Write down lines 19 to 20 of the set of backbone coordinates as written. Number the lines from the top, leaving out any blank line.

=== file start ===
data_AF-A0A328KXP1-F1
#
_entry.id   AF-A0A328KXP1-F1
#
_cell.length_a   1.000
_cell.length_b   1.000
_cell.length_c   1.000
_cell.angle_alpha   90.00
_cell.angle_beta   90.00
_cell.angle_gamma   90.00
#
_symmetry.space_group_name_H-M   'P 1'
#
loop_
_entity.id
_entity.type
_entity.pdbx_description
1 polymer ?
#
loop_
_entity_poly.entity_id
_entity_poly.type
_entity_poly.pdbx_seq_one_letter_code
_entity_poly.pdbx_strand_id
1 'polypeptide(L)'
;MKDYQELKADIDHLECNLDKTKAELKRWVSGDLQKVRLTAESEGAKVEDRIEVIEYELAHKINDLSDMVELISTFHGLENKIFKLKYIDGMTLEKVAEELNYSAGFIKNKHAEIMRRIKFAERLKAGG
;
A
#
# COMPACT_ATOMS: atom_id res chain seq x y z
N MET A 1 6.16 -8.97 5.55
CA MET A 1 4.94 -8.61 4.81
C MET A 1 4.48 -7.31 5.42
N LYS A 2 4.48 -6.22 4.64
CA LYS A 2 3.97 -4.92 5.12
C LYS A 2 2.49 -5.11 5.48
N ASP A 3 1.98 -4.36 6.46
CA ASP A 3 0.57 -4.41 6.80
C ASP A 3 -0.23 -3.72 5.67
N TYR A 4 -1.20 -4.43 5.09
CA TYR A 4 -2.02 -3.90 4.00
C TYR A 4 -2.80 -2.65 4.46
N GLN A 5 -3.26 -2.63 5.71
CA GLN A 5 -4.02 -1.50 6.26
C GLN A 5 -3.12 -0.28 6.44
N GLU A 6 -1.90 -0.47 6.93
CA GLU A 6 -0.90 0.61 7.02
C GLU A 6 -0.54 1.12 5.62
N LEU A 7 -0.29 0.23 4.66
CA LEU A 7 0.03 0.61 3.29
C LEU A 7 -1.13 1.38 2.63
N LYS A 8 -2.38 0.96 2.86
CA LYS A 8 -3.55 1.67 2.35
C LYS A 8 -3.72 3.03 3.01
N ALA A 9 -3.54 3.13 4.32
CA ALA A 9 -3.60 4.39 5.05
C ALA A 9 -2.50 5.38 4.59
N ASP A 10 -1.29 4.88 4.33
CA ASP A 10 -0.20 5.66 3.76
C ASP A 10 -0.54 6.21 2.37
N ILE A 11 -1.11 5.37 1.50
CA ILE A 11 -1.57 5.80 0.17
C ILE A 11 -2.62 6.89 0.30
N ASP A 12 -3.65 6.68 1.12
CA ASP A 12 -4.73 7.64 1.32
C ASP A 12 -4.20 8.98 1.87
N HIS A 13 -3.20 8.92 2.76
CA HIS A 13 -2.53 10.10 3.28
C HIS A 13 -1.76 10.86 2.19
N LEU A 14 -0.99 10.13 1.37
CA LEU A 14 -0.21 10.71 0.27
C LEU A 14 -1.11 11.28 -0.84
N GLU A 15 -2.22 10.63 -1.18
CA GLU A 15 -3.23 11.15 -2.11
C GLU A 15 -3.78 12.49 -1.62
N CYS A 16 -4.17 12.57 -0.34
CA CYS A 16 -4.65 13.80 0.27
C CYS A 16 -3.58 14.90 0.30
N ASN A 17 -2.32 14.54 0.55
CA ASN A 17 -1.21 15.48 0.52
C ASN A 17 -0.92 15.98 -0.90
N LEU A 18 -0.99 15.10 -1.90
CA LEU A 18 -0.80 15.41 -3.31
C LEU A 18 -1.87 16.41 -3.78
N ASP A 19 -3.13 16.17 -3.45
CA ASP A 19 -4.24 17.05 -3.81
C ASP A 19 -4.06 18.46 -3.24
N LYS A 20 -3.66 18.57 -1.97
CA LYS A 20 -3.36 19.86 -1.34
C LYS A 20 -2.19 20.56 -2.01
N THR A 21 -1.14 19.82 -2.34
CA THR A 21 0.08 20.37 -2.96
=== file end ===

#
loop_